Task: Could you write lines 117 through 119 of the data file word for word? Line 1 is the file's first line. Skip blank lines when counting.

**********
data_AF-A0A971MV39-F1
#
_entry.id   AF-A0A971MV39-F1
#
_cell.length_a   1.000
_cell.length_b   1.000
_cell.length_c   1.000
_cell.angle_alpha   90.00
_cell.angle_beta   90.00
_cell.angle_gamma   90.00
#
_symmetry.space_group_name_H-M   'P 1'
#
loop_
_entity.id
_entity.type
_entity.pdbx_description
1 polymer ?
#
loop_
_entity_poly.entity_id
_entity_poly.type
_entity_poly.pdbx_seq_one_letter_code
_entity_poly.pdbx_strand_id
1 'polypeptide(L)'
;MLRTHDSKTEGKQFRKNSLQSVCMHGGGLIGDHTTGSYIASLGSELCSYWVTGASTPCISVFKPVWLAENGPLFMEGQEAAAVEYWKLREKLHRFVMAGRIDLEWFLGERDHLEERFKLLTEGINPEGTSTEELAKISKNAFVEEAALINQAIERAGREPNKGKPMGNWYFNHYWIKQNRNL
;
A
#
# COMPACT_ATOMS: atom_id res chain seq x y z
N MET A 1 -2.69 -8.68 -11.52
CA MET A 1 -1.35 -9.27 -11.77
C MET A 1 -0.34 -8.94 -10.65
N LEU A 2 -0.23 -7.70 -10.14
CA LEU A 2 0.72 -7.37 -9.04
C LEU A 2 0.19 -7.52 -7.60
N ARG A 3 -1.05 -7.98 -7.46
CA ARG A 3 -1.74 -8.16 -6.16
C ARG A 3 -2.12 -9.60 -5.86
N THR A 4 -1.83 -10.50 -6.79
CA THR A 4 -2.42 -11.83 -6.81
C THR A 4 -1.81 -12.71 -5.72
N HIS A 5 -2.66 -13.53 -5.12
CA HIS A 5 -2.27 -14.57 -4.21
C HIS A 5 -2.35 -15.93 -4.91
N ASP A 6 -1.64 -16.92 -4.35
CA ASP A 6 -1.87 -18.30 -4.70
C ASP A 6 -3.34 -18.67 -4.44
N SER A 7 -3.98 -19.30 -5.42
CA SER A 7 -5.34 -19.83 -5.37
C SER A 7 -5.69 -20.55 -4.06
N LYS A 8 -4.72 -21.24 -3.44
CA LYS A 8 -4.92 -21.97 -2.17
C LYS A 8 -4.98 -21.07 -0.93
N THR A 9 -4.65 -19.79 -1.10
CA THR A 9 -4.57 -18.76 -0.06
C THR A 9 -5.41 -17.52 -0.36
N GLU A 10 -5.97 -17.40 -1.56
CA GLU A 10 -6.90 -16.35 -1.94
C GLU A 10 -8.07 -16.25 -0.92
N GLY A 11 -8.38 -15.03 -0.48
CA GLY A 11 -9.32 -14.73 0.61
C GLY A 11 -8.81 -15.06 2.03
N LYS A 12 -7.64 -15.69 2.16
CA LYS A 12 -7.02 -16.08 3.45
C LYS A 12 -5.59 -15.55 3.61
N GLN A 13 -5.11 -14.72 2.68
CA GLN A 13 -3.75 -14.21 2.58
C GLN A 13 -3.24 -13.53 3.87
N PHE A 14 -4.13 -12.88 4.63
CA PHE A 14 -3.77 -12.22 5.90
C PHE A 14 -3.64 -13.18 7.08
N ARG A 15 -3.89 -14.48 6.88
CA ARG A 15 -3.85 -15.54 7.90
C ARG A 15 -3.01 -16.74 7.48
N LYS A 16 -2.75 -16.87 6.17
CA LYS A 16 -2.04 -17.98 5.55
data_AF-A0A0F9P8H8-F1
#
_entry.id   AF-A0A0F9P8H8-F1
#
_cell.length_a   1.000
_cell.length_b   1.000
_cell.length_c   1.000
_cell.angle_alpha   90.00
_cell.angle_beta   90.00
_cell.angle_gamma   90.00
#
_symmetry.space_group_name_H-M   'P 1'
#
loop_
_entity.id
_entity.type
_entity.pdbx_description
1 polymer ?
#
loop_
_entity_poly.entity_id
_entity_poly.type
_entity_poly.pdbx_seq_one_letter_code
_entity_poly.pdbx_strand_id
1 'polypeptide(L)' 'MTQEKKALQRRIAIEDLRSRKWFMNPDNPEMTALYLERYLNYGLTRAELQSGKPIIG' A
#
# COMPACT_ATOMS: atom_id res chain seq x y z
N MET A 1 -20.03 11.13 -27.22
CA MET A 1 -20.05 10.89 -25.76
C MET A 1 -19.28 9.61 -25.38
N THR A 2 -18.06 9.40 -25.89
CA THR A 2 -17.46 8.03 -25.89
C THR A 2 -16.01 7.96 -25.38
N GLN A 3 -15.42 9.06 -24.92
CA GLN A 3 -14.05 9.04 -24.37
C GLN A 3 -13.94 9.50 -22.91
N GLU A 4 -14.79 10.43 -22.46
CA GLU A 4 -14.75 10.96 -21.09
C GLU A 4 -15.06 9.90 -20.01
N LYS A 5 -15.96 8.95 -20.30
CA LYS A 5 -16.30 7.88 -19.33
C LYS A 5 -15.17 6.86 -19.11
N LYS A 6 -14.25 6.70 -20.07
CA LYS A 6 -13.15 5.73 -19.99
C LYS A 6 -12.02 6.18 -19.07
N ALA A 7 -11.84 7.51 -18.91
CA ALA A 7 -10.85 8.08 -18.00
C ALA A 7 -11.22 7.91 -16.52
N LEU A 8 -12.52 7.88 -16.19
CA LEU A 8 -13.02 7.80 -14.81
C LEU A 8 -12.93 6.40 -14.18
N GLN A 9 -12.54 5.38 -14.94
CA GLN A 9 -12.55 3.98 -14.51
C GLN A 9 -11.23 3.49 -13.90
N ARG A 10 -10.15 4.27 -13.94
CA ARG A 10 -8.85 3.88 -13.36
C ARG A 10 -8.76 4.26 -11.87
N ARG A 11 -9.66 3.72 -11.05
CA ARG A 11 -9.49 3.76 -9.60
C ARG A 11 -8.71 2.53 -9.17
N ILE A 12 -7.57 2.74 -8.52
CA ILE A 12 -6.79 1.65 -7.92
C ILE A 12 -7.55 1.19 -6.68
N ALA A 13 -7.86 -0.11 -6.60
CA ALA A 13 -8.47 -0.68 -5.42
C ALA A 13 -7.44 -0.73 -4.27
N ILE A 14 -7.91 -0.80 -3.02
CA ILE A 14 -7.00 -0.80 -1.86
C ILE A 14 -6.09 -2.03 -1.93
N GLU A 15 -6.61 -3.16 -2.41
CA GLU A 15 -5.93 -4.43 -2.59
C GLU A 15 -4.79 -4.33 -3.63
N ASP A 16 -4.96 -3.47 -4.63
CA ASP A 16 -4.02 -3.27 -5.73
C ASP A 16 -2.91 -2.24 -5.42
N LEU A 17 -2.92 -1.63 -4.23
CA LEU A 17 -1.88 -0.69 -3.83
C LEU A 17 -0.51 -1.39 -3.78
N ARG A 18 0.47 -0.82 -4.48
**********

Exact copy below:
N LYS A 5 -15.96 8.95 -20.30
CA LYS A 5 -16.30 7.88 -19.33
C LYS A 5 -15.17 6.86 -19.11